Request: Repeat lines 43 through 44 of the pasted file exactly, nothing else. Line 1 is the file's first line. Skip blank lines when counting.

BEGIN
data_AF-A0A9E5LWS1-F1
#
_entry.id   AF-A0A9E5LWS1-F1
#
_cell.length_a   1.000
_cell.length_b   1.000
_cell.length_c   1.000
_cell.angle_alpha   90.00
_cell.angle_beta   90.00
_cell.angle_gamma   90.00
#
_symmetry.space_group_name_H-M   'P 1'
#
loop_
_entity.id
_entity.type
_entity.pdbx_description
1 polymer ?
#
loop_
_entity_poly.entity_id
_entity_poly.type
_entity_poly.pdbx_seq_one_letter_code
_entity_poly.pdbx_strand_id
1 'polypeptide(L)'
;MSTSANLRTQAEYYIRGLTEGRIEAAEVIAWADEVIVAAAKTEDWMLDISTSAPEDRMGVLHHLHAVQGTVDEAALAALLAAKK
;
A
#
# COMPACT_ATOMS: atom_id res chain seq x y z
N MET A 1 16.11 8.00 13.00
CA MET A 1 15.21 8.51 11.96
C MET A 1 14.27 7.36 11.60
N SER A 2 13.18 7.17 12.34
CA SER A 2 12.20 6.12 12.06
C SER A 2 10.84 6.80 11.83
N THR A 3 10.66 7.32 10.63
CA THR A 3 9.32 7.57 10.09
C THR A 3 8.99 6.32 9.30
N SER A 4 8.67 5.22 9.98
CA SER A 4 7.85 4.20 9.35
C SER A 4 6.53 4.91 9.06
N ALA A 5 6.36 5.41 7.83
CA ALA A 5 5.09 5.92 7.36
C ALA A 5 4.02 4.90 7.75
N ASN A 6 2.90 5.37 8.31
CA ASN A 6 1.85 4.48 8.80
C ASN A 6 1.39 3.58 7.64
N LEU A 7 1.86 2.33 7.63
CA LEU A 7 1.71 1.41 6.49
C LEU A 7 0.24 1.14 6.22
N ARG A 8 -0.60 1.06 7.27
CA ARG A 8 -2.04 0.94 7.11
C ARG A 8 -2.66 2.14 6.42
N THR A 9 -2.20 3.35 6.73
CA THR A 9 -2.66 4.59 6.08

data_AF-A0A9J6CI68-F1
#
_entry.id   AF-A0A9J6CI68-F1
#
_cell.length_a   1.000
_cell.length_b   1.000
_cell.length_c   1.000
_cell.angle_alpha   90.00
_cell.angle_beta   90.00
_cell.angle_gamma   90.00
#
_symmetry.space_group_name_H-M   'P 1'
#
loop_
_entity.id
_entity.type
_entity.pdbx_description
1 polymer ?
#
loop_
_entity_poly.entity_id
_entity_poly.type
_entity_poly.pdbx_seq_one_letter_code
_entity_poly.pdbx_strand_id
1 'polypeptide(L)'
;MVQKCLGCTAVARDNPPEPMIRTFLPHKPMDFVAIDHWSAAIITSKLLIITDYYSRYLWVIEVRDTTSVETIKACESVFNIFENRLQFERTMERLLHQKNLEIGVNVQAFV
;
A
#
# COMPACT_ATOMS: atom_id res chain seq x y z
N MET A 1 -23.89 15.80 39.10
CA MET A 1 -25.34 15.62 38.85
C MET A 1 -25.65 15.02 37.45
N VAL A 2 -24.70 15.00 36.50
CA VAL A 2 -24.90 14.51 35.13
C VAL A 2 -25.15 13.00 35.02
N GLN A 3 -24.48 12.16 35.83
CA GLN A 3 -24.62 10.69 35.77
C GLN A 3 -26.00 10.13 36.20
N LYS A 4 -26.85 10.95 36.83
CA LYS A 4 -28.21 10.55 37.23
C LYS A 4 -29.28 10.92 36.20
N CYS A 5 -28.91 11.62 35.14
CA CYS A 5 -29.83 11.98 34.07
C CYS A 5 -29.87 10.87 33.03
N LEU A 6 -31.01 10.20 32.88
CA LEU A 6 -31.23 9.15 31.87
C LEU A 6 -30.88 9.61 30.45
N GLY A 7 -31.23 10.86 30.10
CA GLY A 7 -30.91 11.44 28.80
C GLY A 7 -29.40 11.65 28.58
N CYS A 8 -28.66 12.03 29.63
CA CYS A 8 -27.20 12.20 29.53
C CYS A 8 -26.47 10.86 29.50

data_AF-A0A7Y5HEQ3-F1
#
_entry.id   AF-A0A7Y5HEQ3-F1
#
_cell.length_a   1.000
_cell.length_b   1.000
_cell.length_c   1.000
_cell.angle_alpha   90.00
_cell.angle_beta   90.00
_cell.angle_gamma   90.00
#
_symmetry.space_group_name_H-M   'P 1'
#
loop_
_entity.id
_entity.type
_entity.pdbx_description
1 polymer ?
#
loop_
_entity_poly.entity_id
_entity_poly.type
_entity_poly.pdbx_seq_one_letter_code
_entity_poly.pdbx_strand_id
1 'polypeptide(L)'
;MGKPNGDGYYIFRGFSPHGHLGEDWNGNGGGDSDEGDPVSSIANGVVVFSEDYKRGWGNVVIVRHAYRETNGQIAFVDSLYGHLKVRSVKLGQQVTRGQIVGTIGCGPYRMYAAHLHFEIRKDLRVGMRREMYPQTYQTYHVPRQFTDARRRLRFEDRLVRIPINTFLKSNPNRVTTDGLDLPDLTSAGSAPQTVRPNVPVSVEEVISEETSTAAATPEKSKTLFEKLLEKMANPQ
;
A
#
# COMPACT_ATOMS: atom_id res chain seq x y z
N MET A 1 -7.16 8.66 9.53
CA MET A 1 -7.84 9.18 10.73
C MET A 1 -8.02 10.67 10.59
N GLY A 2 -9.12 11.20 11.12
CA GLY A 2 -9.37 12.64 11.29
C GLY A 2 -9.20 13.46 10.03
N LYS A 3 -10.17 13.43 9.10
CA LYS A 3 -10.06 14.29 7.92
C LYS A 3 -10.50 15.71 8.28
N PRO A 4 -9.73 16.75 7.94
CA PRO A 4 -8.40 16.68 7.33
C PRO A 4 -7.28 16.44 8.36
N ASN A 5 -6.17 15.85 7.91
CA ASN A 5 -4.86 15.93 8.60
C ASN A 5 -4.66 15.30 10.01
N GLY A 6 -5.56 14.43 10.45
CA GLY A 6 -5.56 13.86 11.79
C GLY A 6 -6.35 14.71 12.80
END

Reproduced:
N ALA A 5 6.36 5.41 7.83
CA ALA A 5 5.09 5.92 7.36